How are the color tones and the misty look achieved in the photo below?

Does the technique/s have a name?

(Note: link is NSFW.)

Link to image - https://lh3.googleusercontent.com/-swr6UsPvGjM/Tqz5BCOLR6I/AAAAAAAAgKU/J4KVUTekyrw/s750/Jaime-Ibarra_Raven.jpg

Link to gallery - https://plus.google.com/photos/113464569897311842405/albums/5657062867692530241/5657062866607182066

  • \$\begingroup\$ Which photo? There is more than 1 photo on the NSFW link on a Google Plus page. This questions feels more link-bait than a serious Photography question! \$\endgroup\$ Commented Nov 11, 2011 at 5:14
  • \$\begingroup\$ There was an image in original question, but it was removed by another user. Most likely the asker is not licensed to publish the image here. \$\endgroup\$
    – Imre
    Commented Nov 11, 2011 at 8:24
  • 1
    \$\begingroup\$ I did not want to embed the person's image without permission, no link bait here, when I visited that link an image out of the gallery was displayed in a light box effect. The image changed because I would have had to go through all the galleries to find the one I first linked to, this image had a similar effect. No link bait here sorry. I will attempt to amend the link if all the galleries are being displayed. \$\endgroup\$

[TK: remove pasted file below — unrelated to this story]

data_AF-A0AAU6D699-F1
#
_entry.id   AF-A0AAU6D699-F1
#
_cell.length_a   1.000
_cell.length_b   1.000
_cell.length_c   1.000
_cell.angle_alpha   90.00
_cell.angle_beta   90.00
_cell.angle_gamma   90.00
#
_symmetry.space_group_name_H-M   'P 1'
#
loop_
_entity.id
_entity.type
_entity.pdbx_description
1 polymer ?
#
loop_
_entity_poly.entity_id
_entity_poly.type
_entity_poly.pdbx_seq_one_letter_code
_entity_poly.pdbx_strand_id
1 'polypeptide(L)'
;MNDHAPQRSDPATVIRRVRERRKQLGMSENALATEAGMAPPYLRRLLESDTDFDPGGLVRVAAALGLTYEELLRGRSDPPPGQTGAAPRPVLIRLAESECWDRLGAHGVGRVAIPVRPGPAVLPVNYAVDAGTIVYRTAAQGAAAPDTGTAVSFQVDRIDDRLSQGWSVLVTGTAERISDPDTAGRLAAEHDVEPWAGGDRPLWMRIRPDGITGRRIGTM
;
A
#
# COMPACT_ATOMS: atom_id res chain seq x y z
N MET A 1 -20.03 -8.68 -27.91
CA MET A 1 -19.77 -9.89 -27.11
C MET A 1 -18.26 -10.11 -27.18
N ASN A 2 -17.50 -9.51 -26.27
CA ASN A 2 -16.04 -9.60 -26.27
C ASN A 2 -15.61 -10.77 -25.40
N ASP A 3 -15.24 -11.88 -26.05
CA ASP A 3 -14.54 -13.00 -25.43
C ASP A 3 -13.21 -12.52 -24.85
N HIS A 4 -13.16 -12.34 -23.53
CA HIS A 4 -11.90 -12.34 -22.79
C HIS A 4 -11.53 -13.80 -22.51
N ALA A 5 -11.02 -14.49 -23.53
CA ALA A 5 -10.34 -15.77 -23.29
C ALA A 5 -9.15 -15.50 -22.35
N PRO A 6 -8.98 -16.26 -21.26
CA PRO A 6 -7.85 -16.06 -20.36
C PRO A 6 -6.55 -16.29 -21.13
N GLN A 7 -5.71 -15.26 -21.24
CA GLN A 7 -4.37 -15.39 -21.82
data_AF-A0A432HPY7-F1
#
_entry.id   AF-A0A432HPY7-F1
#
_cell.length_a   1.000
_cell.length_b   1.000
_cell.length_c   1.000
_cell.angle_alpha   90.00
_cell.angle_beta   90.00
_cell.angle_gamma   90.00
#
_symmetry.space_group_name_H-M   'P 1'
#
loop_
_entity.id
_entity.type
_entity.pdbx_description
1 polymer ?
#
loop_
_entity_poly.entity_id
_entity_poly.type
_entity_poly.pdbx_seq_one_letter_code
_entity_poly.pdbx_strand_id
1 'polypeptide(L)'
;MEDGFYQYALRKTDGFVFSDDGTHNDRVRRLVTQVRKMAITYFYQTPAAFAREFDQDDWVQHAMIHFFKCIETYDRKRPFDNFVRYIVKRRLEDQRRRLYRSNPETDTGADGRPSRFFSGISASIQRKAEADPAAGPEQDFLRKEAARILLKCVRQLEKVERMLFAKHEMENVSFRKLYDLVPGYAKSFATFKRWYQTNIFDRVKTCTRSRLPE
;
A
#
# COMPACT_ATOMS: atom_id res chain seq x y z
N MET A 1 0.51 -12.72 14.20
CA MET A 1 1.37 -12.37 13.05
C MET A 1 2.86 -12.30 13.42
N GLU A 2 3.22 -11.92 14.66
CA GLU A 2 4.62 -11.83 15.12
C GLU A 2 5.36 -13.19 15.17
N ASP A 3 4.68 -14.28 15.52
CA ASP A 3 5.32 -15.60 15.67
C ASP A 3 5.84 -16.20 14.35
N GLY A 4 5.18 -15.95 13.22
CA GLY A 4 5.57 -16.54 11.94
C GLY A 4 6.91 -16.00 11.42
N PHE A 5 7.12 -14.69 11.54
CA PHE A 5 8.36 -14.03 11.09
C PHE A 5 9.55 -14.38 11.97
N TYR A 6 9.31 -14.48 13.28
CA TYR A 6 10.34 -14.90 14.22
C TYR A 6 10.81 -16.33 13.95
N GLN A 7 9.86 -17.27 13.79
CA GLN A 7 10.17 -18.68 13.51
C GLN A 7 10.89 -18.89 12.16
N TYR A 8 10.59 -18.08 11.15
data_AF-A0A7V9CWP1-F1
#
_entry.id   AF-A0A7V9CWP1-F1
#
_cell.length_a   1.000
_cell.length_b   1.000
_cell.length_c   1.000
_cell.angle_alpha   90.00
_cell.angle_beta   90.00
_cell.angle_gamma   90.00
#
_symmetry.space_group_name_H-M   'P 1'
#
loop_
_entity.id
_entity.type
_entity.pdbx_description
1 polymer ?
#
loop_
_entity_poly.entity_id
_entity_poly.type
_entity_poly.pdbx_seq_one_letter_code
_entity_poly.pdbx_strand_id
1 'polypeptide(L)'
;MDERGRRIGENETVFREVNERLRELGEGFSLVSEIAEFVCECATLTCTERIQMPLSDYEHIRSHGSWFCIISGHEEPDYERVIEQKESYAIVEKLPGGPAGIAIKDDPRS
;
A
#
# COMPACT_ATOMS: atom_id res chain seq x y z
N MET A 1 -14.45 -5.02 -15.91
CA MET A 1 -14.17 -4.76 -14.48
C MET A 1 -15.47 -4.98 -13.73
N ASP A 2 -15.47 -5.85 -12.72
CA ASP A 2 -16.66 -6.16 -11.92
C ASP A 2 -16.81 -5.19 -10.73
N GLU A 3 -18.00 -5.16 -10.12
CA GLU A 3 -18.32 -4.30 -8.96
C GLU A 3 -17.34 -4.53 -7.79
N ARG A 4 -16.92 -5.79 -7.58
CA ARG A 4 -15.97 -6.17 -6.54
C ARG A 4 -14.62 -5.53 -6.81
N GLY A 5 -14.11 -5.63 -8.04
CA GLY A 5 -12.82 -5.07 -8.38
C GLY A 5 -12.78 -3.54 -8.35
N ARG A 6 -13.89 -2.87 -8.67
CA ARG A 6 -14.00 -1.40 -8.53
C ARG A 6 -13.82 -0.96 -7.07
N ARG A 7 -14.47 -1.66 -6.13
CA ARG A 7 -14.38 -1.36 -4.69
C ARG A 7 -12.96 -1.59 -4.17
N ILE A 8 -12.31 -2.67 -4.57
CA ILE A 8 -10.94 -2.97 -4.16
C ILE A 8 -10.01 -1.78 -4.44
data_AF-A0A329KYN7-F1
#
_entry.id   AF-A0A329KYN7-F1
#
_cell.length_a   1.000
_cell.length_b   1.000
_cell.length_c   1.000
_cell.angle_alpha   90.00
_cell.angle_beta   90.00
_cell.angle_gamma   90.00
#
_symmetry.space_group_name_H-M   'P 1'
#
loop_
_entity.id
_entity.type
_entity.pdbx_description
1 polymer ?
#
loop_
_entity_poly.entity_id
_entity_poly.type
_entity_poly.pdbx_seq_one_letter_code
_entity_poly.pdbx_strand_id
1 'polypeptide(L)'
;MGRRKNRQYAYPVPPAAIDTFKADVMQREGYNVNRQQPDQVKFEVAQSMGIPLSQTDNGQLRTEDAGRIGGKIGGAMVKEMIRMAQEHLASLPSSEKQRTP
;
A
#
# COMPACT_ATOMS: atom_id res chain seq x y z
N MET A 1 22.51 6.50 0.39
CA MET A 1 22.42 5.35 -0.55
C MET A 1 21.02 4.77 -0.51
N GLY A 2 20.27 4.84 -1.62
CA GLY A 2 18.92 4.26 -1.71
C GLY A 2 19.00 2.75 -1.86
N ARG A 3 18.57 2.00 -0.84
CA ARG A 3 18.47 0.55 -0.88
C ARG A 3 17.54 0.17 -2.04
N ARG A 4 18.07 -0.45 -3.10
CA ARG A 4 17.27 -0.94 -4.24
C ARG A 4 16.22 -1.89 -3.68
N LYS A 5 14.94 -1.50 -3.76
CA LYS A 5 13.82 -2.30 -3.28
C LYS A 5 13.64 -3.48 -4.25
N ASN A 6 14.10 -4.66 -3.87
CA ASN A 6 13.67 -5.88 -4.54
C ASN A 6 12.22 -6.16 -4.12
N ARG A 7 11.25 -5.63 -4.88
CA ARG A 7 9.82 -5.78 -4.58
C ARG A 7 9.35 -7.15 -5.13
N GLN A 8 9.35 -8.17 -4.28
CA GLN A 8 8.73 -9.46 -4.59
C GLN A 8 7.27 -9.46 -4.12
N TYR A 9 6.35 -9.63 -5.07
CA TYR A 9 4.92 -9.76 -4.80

– Laz
    Commented Nov 11, 2011 at 15:59

2 Answers 2


Just playing around in LR on an image of my own, I used a simple cross process technique with a bit of light tone reduction.

I used the "Inside Lightroom COL Cross Processed" preset.

It also looks like there's a white texture added to several of the images.


The “misty” look in the first image is probably due to some internal reflections caused by strong direct light entering the lens.
You could try that, but it could also turn out horrible, especially if you don't use high-end lenses.
Another way to reproduce it would be to lift a bit the brightness of the whole scene in post processing - not the “exposure” slider, the good old brightness control: you do want to lift everything (shadows, midtones, highlight) of the same amount.

Regarding colors, without specific detail on the software you're using, I would suggest to use the curves adjustments. Adjust separately the RGB channels, giving each one a subtle s-curve or reverse s-curve (to your taste).


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